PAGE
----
Mondale's final push
Six-hundred and fifteen days ago, Walter F. Mondale set forth on his quest for the White House. Now, with only one week left before Americans vote, Mr. Mondale is battling discouragement and predictions that he faces a major defeat.
Mondale brushes aside the gloomy talk and the polls that repeatedly show President Reagan pulling farther ahead. Instead, he continues to draw comparisons between this race and President Harry S. Truman's stunning upset in 1948, when the polls were wrong.
On his current swing through the Far West, Mondale seems freshly energized, despite the grim outlook, by the large, cheering, happy crowds that have met him in city after city.
Even so, analysts point to the hard facts that hang over the Mondale campaign:
Polls. The latest CBS/New York Times survey is typical. It shows Mr. Reagan moving to a 56-37 lead, or 19 points. That's up 5 points in two weeks.
Key voters. Mondale aides know he must pick up strength with independent voters if he is to win. Yet the latest surveys show that it is the President who has gained most among this pivotal group in October.
Key states. Mondale conceded over the weekend that he ''must carry California'' to win this election. He was gaining here in September and early October. Yet now Mondale's private polls show Reagan rebuilding his lead.
Issues. Although he has actively campaigned for nearly two years, Mondale has been unable to find the themes he needs to erode Reagan's support. In fact, the popularity of both Reagan and the Republican Party appears on the rise.
It would be easy at this point for the Mondale team to be overwhelmed by the Reagan juggernaut. Says one senior adviser who is traveling with Mondale:
''We know what the polls say. We see what everyone else sees.''
If there are occasional moments of depression, says this adviser, it is Mondale himself who often bucks up his team. The cheering crowds have also helped. Mondale says:
''Nobody who has been with me the past few days and has seen those crowds (and) the intensity of their response ... could help believe that there is something happening in this country. ... And the pollsters are not getting it.''
Mondale disputes the conventional view of what has happened to his campaign. This view holds that Mondale's only significant gains this fall came during the first debate in Louisville. (After the debate, Mondale quickly had the name ''Louisville Slugger'' painted on the front of his campaign plane. The name, of course, refers to the nation's best-known baseball bat.)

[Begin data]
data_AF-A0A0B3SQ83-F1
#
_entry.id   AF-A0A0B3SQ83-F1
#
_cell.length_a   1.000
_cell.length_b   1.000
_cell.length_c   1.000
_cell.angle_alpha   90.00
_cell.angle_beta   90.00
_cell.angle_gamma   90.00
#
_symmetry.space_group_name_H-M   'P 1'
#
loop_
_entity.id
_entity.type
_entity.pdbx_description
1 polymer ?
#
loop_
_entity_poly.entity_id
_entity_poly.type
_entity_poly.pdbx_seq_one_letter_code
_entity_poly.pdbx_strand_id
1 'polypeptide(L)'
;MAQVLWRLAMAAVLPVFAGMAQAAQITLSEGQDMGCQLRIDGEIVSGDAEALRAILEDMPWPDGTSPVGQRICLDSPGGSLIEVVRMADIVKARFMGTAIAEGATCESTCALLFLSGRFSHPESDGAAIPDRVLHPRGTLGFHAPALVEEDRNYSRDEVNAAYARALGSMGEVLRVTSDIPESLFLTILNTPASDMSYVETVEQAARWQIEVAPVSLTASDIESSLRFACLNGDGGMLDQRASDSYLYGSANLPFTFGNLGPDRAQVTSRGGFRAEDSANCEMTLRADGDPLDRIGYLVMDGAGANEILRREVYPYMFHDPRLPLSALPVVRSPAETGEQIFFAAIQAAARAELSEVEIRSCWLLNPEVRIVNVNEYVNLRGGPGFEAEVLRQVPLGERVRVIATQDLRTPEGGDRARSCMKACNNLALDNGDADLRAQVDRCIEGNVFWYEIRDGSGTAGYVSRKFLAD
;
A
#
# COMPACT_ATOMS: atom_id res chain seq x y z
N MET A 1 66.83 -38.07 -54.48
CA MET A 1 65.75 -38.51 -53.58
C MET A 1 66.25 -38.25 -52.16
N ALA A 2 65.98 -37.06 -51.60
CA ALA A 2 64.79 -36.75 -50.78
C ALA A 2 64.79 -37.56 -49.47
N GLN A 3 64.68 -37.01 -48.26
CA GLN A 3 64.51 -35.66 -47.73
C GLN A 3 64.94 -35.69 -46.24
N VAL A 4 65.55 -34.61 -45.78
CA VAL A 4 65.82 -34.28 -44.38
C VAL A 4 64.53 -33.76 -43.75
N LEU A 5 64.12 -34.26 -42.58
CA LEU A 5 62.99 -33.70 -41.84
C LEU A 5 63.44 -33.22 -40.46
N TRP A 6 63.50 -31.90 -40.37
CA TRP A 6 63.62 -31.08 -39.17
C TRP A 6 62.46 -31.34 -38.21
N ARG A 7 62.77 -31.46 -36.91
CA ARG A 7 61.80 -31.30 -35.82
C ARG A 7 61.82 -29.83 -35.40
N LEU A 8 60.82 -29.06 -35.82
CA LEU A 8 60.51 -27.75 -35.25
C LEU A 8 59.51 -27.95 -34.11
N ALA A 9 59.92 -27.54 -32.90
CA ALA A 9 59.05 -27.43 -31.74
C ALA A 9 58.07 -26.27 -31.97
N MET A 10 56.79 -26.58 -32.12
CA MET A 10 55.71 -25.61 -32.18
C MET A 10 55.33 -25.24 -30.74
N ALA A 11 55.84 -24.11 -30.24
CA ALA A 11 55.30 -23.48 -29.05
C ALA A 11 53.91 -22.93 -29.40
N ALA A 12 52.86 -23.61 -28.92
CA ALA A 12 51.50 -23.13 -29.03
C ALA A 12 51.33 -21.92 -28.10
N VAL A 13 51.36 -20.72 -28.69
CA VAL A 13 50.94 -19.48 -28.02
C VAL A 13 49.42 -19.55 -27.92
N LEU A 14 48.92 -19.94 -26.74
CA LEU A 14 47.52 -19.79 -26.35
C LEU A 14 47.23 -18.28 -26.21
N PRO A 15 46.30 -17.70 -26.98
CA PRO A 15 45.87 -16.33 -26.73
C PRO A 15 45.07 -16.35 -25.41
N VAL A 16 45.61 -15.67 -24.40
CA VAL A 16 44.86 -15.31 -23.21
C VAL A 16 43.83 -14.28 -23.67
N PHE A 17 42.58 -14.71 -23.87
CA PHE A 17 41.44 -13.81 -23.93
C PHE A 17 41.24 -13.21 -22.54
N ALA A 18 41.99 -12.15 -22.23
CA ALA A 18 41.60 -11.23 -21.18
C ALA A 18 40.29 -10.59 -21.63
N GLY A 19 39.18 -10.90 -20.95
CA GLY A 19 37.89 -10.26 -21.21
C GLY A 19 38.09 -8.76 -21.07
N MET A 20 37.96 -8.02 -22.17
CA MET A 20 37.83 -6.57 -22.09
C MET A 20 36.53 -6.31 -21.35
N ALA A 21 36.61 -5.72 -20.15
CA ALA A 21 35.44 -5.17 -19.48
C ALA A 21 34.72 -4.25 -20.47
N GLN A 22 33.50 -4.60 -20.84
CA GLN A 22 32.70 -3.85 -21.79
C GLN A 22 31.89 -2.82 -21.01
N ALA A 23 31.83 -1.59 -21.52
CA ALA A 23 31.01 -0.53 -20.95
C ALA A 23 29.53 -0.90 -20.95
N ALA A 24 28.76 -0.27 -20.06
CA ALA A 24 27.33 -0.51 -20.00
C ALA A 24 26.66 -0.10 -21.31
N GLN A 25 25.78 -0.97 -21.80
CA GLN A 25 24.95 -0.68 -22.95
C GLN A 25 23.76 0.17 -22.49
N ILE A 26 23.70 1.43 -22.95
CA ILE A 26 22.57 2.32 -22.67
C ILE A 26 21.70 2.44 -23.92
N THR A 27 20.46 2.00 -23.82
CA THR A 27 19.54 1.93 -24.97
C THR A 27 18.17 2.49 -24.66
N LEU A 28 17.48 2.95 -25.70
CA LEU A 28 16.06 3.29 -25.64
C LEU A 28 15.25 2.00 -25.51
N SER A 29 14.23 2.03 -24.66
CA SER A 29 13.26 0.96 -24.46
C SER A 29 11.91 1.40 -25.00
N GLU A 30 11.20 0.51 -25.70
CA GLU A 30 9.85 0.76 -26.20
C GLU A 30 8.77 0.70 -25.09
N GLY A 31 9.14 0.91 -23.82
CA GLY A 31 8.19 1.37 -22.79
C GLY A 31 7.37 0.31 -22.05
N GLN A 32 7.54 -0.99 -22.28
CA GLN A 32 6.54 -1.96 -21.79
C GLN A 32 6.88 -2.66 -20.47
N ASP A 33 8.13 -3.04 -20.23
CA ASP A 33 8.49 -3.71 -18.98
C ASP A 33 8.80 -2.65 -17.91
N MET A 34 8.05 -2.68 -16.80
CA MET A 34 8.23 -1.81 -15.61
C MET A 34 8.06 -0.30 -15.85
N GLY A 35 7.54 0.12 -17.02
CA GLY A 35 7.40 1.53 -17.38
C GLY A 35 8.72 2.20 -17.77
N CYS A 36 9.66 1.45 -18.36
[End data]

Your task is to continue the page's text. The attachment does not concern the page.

Mondale's new-found momentum, however, lasted about as long as a chocolate ice-cream cone in July. After a brief upward blip, the polls showed Mondale leveling off.
Then came the second Reagan-Mondale debate. Reagan did better. The public seemed reassured. Almost at once, Reagan's lead began moving back up toward the 20-percent range, where it had been before the first debate. In a few states, such as New York, where Mondale had narrowed the race, Reagan again moved back to a double-digit lead.
Mondale and his staff contend that the polls are wrong. Further, they argue that two vital things came from the debates.
First, people started listening to Mondale's message.
Second, when voters began listening, Mondale began building strong, deep-rooted support among undecided voters.
Aides now explain that Mondale's sharp, almost personal, criticism of Reagan during the debates had a specific purpose. Mondale was trying to cut through the aura around Reagan, the person, in order to focus national attention on Reagan's stand on the issues.
Mondale now feels he has the nation's attention, and can exploit issues on which he believes Reagan is most vulnerable, such as fairness, the nuclear arms race, and the mixture of church and state.
In addition, there continues to exist within the Mondale team a lingering hope that women voters will somehow save the Democratic ticket.
This is one reason that, beginning this week, the Mondale campaign will take the unusual step of running a national TV ad featuring Ms. Ferraro, not Mondale.
The ad, which says, ''Gerry, you've made us proud,'' is meant to build on the enthusiasm of female voters, thousands of whom often turn out to greet Ms. Ferraro.
Will it work? Even Mondale's closest aides seem to harbor doubts. In an unusually candid interview last week, Mondale's press secretary, Maxine Isaacs, was quoted as saying:
''I don't feel we're going to lose, (but) I think there's some sentiment building. You suddenly look around and you've spent two years with these people, flying around in the middle of the night, arguing. Now the family's about to break up.''